"Today, Larry Silverman visited the WVU College of Law, which I attend, and gave a presentation on the baseball arbitration process, specifically using Ross Ohlendorf's arbitration case as an example. Below are a few notes on what I learned.
- In arbitration, a common misconception is that statistics are the major deciding factor between which number the arbitration panel picks. That, according to Mr. Silverman, is incorrect. The major factor used to determine a player's salary is comparable players. While obviously statistics determine which players are comparable, it is largely dependent upon historical precedent, similar to the everyday legal system. Statistics are only used to determine comparable players, not in a vacuum to determine a number.
- The Pirates cited five comparable players for Ohlendorf: Anibal Sanchez, Kyle Davies, Josh Johnson, Francisco Liriano, and Edison Volquez.
- In citing those players the Pirates focused the most on comparing one major statistic, IP/G. Wins were not a large issue, because, according to Mr. Silverman, even arbitration panels have begun to recognize the problems with the win statistic.
- On his side, Ohlendorf largely argued that (and I didn't know this until he pointed it out, had anyone done research on this?) he had gotten the lowest run support/9 innings for the innings Ross Ohlendorf was in the game (since those stats have been complied) in '10.
- According to Mr. Silverman, he believes the panel picked Ohlendorf's number (the panels never give their reasoning for their decision) based upon the comparison to Edison Volquez. Interestingly, he believes it was because of Volquez's drug suspension, calling into question his character, which was contrasted to Ohlendorf's character highlighted by him interning at the White House. Essentially, he said the decision may (I emphasize may, because no one knows; this is only Mr. Silverman's theory) have had more to do with the person Ross Ohlendorf and less about the player Ross Ohlendorf.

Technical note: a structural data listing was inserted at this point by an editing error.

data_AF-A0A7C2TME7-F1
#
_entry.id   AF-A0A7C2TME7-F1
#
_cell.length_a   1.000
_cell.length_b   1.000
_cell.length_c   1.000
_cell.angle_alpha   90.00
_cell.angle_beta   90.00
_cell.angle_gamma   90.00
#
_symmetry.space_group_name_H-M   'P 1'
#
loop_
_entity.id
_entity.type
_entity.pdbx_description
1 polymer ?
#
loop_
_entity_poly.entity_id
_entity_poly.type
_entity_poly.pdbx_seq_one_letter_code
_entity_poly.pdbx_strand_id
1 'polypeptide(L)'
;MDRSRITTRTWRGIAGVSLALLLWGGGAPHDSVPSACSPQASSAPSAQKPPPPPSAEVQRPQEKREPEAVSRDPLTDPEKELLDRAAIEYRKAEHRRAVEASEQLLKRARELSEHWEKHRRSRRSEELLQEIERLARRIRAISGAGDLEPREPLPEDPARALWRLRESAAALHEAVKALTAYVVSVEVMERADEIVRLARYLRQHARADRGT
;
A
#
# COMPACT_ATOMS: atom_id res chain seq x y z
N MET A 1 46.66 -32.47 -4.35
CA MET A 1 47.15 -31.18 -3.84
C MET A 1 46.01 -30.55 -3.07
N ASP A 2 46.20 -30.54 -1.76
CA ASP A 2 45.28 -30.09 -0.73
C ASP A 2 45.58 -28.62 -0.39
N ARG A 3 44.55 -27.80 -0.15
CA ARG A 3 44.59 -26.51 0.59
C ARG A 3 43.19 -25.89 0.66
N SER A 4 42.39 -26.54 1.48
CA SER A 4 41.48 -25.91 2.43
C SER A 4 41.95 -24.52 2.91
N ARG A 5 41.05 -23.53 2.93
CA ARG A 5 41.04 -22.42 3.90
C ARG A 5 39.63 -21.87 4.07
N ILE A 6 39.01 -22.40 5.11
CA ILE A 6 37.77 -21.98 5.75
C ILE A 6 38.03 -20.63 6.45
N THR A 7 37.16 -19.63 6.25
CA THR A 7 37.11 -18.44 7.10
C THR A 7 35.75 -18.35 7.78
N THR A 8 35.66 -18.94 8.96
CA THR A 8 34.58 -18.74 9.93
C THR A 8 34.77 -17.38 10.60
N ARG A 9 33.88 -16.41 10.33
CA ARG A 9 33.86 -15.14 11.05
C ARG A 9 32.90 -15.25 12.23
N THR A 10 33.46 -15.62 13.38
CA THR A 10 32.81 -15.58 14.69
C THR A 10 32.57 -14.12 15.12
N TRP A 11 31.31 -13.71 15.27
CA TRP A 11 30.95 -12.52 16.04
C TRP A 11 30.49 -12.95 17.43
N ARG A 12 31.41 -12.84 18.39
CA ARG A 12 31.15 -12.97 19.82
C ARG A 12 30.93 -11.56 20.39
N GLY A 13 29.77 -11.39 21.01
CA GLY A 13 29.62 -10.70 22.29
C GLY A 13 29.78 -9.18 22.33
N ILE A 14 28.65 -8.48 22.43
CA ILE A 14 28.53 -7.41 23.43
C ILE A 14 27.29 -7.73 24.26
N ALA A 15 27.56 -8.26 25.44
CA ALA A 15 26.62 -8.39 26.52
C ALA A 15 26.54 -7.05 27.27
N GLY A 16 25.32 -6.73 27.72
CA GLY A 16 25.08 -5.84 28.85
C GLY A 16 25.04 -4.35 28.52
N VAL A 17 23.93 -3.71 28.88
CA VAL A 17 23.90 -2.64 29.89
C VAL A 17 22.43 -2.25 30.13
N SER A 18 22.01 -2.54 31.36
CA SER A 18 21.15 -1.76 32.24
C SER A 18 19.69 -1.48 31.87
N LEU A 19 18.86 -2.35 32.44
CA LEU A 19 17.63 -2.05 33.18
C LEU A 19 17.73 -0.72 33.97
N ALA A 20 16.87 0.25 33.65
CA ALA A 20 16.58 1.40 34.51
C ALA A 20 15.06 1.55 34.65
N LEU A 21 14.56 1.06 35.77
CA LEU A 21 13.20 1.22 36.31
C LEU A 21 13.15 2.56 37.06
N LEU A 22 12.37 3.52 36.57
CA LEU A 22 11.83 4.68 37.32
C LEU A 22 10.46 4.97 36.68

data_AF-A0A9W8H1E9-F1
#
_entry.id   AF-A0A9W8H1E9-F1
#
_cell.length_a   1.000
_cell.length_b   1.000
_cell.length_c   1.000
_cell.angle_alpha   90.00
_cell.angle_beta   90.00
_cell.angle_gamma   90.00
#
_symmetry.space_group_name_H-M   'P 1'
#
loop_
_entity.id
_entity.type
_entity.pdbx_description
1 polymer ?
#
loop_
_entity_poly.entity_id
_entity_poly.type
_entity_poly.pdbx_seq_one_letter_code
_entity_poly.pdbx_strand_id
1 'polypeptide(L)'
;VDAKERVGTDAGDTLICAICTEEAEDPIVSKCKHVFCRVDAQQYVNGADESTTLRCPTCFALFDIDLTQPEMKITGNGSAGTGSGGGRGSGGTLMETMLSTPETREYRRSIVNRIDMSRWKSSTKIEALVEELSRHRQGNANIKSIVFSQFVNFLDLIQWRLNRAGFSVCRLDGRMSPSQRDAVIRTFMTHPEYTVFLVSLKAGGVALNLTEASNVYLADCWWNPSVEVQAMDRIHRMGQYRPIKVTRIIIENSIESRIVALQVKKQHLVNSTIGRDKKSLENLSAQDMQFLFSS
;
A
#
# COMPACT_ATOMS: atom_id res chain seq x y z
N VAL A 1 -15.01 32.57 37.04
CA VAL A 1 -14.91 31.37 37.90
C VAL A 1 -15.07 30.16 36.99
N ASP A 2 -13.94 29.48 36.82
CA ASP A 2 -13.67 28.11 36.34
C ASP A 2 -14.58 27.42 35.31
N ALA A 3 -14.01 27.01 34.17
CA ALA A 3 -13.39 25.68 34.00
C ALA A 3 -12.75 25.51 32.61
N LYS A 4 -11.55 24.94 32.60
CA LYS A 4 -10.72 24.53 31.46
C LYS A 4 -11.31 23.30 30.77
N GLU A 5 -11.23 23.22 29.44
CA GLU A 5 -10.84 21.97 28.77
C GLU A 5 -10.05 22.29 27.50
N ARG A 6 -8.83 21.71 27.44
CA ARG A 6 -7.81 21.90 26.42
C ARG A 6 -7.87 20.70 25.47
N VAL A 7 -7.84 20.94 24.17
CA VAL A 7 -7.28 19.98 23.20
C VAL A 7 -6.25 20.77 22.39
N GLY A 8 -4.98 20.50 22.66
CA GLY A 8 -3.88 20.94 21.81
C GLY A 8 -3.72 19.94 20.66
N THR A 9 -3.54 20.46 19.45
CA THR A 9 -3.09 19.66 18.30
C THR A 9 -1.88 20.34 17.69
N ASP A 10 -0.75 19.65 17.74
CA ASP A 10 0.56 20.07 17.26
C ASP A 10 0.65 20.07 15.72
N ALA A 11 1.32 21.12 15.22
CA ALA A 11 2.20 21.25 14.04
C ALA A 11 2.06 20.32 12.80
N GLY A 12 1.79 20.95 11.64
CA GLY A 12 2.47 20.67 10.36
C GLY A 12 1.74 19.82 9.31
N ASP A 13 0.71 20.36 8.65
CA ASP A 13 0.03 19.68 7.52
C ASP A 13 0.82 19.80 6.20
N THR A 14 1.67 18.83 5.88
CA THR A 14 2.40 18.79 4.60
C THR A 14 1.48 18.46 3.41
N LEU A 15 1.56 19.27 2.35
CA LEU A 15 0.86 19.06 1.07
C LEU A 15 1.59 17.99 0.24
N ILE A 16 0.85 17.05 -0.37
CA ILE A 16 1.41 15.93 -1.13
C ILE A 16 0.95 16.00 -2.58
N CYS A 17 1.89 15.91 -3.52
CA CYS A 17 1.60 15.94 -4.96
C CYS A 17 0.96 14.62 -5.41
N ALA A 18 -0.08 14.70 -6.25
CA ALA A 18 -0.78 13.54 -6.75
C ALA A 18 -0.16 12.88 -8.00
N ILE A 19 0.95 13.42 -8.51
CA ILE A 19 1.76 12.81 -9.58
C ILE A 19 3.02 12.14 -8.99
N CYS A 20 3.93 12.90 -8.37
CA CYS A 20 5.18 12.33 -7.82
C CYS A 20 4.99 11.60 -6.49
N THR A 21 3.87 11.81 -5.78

- Mr. Silverman believes (and he is an avid baseball fan and understands advanced sabermetrics, etc.) that despite the lack of advanced baseball knowledge a arbitrator typically possesses, that a professional arbitrator (panel members are generally commercial labor judges, since technically this is a labor issue tied to the CBA) would be better than a more knowledgeable baseball person with a lack of legal training. In addition, as part of my inference, it seemed it was legally necessarily this way because of the issues I outlined above. He likened it to a judge taking a case on intellectual property who did not know the difference between a copyright and a trademark, which does happen. The difference is that in that case, expert testimony is allowed, and arbitration this does not exist, a legitimate flaw. He went on to say that obviously the best-case scenario would be a legal expert who also was well-versed in baseball, especially sabremetrics.
- Mr. Silverman was asked about the general direction of the team (he is a legitimate Pirates fan and not just an employee - born and raised in Pittsburgh, etc.). He said that he's frustrated as any fan but that he legitimately believes the talent is in the major leagues and minor leagues (he mentioned the lack of pitching depth on the major league squad that hopefully will be fixed by way of the depth of the pitching in the minor leagues) is there for the Pirates to contend. However, he did express concerns that the positional talent would be gone before the pitching talent could be assembled.
- Finally, maybe offering hope to his concern (and all of ours) he said (and I can't get into specifics due to confidentiality) that the Pirates are actively trying to sign players through their free agency years as a general plan. He did mention the realistic goal was only a one to two years of free agency, hopefully in the form of club options, so that may dampen any hopes of signing Andrew McCutchen for the next 10 years, but it is good news nonetheless.